Just before the outbreak of hostilities, Ellsworth returned to New York where he put together the 11th New York Infantry Regiment which became popularly known as the “Fire Zouaves” as most of its soldiers were recruited from the city’s volunteer fire departments. Its troopers wore red shirts and, like the French Zouaves, they shaved their heads.
Ellsworth brought this newly drilled regiment to Washington, DC, where it was sworn into federal service on May 7 at the Capitol in a ceremony attended by President Lincoln. Seventeen days later the Fire Zouaves became part of the first Union force to occupy Confederate territory when they captured the river port of Alexandria, Virginia, across the Potomac River from Washington.
Ellsworth was killed in action. The death of his friend deeply distressed Lincoln. In tribute to him, the President had his body laid in state in the White House. From there the casket was taken to New York’s City Hall, where thousands came to pay their respects to the first man to die for the cause. He became a Union martyr.
The Zouave vogue during the Civil War made an impact on popular culture by setting a trend in fashion. The swirling embroidery and open cropped jacket in particular became popular. In the early 1860s, Zouave jackets were accessories for women to wear for many occasions. Small boys ran around in baggy red breeches. Tad Lincoln and Jesse Grant, sons of Abraham Lincoln and Ulysses S. Grant, were both dressed in Zouave outfits.
The New York Zouave units were all composed of well-drilled and physically fit men who showed composure and discipline. Colonel Abram Duryee’s 5th New York Regiment was a typical example.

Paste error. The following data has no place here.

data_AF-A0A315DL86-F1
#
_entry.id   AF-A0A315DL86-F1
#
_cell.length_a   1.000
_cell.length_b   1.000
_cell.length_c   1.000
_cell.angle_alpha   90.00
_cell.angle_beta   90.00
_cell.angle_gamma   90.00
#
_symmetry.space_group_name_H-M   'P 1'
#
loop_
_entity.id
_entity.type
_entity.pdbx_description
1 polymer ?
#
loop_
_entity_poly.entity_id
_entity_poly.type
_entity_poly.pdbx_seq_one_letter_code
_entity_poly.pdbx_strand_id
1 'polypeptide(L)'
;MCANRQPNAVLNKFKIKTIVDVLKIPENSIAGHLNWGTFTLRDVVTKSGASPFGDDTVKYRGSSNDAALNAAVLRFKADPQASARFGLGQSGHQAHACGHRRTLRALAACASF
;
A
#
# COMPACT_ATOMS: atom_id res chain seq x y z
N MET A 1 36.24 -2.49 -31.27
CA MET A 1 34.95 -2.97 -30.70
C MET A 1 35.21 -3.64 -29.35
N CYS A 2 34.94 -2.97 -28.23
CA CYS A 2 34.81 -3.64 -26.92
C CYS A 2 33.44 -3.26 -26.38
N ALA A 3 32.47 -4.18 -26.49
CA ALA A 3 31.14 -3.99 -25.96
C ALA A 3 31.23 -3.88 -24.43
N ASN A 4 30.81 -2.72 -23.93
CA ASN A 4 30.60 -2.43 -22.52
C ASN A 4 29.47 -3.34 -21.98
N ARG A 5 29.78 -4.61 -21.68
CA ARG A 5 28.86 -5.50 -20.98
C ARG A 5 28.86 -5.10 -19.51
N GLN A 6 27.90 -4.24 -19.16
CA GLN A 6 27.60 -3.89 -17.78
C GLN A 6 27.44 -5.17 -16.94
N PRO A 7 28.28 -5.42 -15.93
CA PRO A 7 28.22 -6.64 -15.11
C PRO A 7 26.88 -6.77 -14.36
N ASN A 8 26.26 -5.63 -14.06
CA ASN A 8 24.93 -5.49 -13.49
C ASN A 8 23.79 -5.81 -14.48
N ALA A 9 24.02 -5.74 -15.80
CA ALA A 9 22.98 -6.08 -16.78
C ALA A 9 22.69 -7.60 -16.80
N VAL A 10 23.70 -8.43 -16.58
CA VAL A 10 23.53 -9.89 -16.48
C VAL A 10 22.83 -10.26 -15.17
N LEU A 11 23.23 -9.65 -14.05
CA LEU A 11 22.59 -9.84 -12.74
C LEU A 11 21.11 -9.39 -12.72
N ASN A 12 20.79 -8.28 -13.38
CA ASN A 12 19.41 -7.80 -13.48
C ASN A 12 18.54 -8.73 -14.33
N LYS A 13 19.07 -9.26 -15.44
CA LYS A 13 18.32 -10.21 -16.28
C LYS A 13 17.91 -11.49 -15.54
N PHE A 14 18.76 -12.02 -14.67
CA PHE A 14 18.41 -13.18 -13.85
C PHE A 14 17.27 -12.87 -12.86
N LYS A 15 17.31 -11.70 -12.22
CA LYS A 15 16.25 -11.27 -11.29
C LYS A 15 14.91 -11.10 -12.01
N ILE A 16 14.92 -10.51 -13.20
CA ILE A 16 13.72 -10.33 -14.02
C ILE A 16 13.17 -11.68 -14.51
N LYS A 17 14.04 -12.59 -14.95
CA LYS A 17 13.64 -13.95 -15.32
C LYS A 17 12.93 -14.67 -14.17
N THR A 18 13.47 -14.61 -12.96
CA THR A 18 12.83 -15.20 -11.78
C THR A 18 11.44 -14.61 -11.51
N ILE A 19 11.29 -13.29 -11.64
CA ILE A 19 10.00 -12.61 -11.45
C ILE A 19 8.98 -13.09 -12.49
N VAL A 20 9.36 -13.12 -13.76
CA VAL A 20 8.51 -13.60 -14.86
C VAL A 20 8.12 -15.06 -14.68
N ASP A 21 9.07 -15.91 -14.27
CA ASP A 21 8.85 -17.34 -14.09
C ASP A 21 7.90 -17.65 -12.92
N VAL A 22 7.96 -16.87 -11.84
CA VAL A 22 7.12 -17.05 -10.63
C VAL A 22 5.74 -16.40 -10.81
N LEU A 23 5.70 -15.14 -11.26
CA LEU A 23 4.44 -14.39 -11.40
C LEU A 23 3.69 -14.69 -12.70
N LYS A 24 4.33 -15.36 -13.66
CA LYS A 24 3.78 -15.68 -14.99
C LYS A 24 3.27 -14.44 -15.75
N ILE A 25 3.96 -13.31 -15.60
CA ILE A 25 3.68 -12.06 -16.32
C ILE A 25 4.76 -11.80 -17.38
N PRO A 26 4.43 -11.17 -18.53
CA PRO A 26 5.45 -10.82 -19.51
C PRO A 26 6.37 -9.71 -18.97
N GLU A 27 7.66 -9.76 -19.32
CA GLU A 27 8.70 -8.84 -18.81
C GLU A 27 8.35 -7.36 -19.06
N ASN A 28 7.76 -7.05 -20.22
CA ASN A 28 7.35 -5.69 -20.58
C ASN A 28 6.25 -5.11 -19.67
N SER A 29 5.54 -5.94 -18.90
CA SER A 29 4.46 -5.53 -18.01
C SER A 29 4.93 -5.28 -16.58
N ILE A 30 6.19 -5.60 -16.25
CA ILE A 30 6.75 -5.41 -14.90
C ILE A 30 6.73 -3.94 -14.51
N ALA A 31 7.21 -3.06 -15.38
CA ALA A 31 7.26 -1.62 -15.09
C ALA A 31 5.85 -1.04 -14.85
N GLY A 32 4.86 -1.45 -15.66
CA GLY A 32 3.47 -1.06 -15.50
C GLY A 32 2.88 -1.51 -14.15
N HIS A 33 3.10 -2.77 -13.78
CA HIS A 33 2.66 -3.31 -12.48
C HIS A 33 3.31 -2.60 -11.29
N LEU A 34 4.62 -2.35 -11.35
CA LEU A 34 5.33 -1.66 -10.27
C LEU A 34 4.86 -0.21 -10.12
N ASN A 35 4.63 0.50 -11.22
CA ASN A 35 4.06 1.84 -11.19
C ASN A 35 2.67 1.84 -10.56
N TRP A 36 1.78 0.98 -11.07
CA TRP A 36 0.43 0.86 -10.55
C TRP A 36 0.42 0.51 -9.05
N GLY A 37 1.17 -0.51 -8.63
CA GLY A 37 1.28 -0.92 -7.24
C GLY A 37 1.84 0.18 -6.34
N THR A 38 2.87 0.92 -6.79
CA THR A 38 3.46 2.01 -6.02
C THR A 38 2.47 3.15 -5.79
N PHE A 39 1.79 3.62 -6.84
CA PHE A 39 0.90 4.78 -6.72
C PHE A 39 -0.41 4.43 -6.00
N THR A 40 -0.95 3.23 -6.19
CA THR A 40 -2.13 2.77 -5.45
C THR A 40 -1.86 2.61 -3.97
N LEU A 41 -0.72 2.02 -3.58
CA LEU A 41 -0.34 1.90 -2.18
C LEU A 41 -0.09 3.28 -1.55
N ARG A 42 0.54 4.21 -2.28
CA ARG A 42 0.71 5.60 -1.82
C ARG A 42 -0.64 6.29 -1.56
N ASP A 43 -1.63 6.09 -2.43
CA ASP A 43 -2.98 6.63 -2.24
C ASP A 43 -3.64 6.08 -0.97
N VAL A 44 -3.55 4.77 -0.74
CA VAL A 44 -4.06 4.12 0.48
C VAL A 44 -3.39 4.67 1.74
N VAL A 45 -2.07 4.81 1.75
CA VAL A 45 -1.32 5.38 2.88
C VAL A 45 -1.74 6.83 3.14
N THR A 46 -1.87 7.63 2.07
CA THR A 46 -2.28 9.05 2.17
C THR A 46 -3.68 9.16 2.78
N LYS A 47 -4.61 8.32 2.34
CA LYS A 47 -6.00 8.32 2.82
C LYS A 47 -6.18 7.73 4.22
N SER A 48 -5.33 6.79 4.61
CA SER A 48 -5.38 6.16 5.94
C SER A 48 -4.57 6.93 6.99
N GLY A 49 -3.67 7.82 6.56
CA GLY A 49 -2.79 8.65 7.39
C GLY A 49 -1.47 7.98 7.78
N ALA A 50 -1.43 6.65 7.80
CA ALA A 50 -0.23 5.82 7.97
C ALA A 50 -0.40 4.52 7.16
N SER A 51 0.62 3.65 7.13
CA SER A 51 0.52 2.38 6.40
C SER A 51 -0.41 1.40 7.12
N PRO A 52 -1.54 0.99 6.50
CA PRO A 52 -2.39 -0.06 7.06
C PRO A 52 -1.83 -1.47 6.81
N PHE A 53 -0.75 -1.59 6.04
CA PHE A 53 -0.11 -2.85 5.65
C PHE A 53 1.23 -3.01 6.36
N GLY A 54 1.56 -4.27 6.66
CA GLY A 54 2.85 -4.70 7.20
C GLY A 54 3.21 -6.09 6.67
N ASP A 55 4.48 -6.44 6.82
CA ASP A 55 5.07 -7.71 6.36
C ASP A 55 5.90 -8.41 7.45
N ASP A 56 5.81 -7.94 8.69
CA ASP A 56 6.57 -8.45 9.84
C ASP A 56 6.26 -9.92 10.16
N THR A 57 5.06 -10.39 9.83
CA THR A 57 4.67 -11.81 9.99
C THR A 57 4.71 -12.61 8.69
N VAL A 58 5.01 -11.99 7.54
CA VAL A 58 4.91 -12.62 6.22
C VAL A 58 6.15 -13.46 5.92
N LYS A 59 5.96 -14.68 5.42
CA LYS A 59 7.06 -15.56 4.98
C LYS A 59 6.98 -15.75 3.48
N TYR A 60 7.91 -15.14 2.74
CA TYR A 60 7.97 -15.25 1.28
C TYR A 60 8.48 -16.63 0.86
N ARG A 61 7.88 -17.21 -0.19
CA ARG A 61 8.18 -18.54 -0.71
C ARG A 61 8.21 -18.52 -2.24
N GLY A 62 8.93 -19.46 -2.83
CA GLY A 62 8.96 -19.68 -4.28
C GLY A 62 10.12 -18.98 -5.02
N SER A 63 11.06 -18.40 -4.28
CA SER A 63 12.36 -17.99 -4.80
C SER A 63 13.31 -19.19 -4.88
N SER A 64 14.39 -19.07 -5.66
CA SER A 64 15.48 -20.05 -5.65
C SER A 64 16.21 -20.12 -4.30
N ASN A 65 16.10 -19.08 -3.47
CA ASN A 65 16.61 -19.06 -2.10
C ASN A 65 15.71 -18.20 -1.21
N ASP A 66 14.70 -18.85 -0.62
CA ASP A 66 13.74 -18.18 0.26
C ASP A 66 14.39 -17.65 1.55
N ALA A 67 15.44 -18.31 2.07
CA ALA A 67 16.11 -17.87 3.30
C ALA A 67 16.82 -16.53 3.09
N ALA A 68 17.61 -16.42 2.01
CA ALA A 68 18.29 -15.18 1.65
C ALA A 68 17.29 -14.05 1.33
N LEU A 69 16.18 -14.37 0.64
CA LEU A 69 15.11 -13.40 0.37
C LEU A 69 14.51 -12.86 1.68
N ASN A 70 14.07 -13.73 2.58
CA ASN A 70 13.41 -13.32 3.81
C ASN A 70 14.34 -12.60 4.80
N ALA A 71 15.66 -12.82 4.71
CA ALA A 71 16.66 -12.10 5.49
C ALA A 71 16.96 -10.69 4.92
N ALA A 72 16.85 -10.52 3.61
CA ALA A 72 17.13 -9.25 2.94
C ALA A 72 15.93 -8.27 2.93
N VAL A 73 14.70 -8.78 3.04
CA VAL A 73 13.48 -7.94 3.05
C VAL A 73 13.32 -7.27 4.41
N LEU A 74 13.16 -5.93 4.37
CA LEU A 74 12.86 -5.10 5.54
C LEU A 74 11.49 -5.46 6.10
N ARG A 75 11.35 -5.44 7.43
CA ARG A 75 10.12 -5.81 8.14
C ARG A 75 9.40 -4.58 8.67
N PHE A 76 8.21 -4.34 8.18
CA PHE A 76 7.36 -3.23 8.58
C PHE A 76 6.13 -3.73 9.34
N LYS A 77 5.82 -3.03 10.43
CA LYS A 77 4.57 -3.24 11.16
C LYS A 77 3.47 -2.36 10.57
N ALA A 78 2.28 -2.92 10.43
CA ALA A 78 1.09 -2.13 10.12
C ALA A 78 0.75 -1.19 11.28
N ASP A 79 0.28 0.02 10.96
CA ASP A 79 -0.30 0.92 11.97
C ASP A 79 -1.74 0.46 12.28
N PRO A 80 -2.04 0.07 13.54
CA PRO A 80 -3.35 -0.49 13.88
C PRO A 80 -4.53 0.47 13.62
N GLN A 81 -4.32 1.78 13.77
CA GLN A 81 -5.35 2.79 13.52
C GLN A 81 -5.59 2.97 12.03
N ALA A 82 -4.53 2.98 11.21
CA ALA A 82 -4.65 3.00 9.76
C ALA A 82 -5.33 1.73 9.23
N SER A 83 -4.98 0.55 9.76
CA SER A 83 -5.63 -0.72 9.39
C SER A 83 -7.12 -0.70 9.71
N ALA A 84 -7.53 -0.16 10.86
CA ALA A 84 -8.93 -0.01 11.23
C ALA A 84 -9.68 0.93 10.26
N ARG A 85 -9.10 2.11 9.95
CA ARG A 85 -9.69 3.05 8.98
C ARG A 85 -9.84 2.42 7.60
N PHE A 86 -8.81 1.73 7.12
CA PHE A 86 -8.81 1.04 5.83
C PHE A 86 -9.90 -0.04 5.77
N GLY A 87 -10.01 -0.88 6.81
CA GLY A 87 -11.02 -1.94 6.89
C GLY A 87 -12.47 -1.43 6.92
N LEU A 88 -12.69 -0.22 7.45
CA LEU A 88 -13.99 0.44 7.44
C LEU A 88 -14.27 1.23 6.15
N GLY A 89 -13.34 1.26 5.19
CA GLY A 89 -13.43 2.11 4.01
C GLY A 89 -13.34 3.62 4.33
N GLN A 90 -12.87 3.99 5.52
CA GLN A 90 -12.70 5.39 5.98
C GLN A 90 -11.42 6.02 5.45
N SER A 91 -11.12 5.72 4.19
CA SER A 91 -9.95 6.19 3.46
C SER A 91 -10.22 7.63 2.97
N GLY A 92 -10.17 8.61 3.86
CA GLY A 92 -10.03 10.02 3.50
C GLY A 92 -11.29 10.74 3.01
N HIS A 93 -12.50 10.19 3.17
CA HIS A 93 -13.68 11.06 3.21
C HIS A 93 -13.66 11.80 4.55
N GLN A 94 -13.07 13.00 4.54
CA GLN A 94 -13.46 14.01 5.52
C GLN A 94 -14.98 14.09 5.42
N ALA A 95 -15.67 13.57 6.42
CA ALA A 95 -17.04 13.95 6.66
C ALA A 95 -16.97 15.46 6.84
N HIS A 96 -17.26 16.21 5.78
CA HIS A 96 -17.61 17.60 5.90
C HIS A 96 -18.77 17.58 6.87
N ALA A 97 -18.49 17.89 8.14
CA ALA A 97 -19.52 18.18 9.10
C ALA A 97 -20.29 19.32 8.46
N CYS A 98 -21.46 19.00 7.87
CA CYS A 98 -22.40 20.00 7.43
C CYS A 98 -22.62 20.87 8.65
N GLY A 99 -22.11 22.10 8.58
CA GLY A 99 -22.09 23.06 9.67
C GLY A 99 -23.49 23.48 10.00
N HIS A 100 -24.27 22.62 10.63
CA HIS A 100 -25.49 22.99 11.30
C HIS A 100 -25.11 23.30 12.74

A professional grouping, it recruited only physically strong and educated individuals into its ranks. Duryee demanded that his troops would bring glory to the state of New York. Sent as a war artist by Harper’s Magazine to the front line, young Winslow Homer was spellbound by this unit, depicting a number of Zouave soldiers in paintings and sketches, either in battle scenes or camp life.
The contrast with the Louisiana Zouaves was sharp. These “wild” soldiers were known as an unruly and drunken lot with little regard for military discipline. Once in battle, however, they were fearless fighters, showing an almost reckless courage. They created a legacy of their own.
Having adopted the tactics of their French counterparts, American Zouave units (“Zou-zous”) took part in every major battle of the war, from First Bull Run to Antietam, and from Gettysburg to Appomattox, earning high honors in combat. They influenced the course of the Civil War.
With the end of the hostilities, the Zouave volunteer units quickly disbanded. This rapid disappearance signaled their limited impact on tactical battle theory as the nature of warfare itself changed. When details about the horrors of the Civil War became known, much of the Zouave romance started to wane.
The brutality of mechanized battle plans became evident in the 1870 Franco-Prussian War, but the First World War was a real turning point. Modern weaponry included mortars, machine guns, flamethrowers and poison gas. The engineering of the tank ushered in a deadly era of warfare in which there was limited space for the heroism and “romance” of vanguard units such as the Zouave.
Illustrations, from above: Detail from Winslow Homer’s “The Brierwood Pipe,” 1864 (The Cleveland Museum of Art); The distinctive uniform of the French Zouave; Vincent van Gogh’s “Portrait of Lieutenant Milliet,” September-October 1888 (Museum Kröller-Müller); Monument to the 9th New York Infantry (Hawkins’ Zouaves) in Sharpsburg, VA; Elmer Ellsworth (arms folded) and members of his drill team; A member of the 1st Louisiana Zouave Battalion (Coppen’s Zouaves), 1861.